NetForum uses cookies to ensure that we give you the best experience on our website. If you continue to use the site, we'll assume that you are happy to receive these cookies on the NetForum website. Read about our cookies.
NetForum Community
Learn. Share. Optimize.
Log in | Sign up now | Submit content | Contact
Go to similar content

MDCT of the abdomen

Publication
CT Marketing Philips Healthcare

Aschoff AJ.

* Originally published in a 2006 supplement to European Radiology.

 

Multi-detector row computed tomography (MDCT) enables fast and thin acquisition of the abdominal anatomy. This allows multipass multi-planar studies that can be obtained during defined circulatory phases. When bolus timing is adequate, arterial phases with high contrast levels provide "free lunch" CT angiographies eliminating the need for diagnostic angiographies in most cases. In addition to established clinical indications for abdominal CT such as preoperative MDCT of the liver or pancreas, MDCT of the abdomen is especially gaining ground in the work up for acute abdominal pain and abdominal trauma and is opening new indications for MDCT of the gastrointestinal tract. Indications for gastrointestinal MDCT include tumors, bleeding and ischemia of the small and large bowel as well as diverticulitis. The question of whether to use positive or negative contrast material for bowel distention for MDCT of the gastrointestinal tract is still a controversial issue. In selected cases, modifying the protocol to perform a "CT enteroclysis" might improve sensitivity and specificity in depicting small bowel tumors or inflammatory changes such as in Crohn's disease. The most common gastrointestinal mesenchymal tumor is the gastrointestinal stromal tumor (GIST).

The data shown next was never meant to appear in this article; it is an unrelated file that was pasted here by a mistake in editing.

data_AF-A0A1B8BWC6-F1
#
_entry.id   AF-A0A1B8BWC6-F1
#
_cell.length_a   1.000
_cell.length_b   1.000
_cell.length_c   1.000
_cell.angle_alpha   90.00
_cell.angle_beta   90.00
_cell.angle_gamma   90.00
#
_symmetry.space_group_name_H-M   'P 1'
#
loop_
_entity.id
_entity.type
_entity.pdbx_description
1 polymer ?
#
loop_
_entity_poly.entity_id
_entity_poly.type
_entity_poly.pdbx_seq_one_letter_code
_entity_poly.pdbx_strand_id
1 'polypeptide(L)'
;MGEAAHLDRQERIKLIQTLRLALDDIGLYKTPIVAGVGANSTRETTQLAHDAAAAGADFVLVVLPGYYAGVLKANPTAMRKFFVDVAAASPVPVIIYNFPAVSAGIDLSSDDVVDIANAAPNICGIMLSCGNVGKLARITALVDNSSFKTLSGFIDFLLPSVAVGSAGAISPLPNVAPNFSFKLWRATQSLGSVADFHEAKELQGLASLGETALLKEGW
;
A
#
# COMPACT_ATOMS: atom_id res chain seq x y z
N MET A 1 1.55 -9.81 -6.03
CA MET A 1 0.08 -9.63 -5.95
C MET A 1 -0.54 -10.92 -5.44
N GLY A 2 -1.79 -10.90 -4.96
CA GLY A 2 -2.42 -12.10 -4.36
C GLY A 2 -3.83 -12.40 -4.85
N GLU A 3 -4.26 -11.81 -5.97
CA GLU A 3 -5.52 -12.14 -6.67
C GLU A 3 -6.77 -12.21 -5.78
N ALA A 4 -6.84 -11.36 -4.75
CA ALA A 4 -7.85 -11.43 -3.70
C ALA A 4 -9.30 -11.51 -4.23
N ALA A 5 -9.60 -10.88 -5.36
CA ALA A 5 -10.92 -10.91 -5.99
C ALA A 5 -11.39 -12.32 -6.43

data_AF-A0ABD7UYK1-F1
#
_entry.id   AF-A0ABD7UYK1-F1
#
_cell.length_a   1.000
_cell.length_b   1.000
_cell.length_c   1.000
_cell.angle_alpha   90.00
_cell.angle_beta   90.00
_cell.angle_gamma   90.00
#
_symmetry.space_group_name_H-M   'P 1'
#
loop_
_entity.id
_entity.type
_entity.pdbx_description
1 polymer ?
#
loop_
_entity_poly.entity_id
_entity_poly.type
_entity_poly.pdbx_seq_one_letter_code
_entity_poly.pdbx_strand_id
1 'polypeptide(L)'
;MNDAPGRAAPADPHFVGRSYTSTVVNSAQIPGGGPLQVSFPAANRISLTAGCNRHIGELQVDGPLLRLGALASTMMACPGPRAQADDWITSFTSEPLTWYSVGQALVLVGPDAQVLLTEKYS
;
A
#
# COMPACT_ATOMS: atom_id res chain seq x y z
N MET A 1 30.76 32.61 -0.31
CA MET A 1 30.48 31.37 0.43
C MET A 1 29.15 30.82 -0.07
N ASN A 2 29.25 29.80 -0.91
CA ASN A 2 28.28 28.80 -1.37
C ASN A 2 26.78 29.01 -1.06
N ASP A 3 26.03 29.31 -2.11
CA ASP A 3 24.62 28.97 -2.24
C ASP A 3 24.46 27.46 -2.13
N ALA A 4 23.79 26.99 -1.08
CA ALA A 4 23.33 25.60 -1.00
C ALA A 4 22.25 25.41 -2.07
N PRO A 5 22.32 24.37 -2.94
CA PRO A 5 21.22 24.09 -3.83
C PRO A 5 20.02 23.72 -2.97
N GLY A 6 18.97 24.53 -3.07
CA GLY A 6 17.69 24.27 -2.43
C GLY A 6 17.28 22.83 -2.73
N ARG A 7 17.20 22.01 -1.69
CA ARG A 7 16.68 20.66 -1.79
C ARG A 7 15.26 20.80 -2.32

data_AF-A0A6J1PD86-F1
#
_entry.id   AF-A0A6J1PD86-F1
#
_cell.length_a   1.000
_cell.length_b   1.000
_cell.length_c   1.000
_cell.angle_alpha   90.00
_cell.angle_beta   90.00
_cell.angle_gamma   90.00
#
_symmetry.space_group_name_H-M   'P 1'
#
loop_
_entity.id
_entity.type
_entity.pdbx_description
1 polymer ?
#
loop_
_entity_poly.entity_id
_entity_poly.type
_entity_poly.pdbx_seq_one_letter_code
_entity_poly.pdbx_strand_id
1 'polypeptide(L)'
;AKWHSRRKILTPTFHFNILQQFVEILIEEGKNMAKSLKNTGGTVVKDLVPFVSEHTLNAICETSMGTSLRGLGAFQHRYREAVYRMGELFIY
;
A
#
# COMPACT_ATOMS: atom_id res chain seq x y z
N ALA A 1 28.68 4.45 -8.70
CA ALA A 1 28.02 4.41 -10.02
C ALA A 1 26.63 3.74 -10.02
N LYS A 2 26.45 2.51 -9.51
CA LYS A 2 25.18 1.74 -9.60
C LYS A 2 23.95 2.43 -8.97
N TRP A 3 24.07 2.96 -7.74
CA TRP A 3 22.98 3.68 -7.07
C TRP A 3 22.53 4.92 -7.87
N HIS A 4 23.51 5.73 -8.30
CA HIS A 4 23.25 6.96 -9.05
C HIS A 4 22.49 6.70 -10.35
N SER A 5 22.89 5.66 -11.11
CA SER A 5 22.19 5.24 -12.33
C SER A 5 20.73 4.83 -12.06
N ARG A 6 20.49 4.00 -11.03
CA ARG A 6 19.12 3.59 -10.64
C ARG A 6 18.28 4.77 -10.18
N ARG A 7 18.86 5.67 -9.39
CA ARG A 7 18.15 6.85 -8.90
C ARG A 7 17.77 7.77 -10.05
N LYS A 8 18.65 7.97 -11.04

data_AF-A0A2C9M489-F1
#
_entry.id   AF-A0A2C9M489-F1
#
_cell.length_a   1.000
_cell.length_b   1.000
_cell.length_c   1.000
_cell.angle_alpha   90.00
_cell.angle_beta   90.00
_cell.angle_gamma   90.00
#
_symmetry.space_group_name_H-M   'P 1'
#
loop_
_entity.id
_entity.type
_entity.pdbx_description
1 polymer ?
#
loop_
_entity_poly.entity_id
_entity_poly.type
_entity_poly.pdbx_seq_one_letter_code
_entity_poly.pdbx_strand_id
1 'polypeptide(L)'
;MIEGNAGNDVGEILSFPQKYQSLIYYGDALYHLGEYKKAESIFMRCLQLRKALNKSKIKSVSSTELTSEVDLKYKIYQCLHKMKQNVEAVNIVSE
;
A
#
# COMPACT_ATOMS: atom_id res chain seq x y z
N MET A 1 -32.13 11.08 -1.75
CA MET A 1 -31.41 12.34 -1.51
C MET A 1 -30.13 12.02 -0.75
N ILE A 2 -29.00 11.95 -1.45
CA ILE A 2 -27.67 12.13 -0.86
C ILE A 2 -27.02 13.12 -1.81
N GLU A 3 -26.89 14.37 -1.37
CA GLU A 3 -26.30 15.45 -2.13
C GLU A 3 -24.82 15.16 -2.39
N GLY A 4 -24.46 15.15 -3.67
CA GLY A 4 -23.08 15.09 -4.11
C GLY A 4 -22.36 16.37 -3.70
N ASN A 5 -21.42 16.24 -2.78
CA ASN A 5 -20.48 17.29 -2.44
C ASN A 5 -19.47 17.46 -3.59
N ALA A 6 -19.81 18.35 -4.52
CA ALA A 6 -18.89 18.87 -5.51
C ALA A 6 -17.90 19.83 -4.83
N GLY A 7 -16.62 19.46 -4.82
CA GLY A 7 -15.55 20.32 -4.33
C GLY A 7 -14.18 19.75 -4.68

MDCT may show hypervascular submucosal masses. Acute gastrointestinal (GI) bleeding is common with patients presenting with melena, hematemesis or hematochezia. In addition to the established initial work-up MDCT is beginning to establish itself for this indication. It may be especially helpful in the work up of obscure bleeding. Another relatively rare but important cause for acute abdominal pain is mesenteric ischemia. It may be caused by many conditions and may mimic various intestinal diseases. Bowel ischemia severity ranges from transient superficial changes of the intestinal mucosa to life-threatening transmural bowel wall necrosis. CT can demonstrate changes in ischemic bowel segments accurately, is often helpful in determining the primary cause of ischemia, and can demonstrate important coexistent findings or complications.



This content has been made possible by NetForum Community.
Share this on: Share your link in twitter Share your link in facebook Share your link on LinkedIn Print Rate this article: Log in to vote

 
Rating:
Votes:
0
Views:
882
Added:
Mar 15, 2008

Rate this:
Log in to vote
 

Publication
abdomen, abdomen CTA, abdominal pain, Body, bolus tracking, bowel, contrast, CROHN'S DISEASE, liver, MPR, pancreas, trauma, tumor, Vascular
 

Clinical News
Best Practices
Case Studies
Publications and Abstracts
White Papers
Web seminars and Presentations
ExamCards
Protocols
Application Tips and FAQ
Training
Try an Application
Business News
Case Studies
White Papers
Web Seminars and Presentations
Utilization Services
Contributing Professionals
Contributing Institutions
Become a Contributor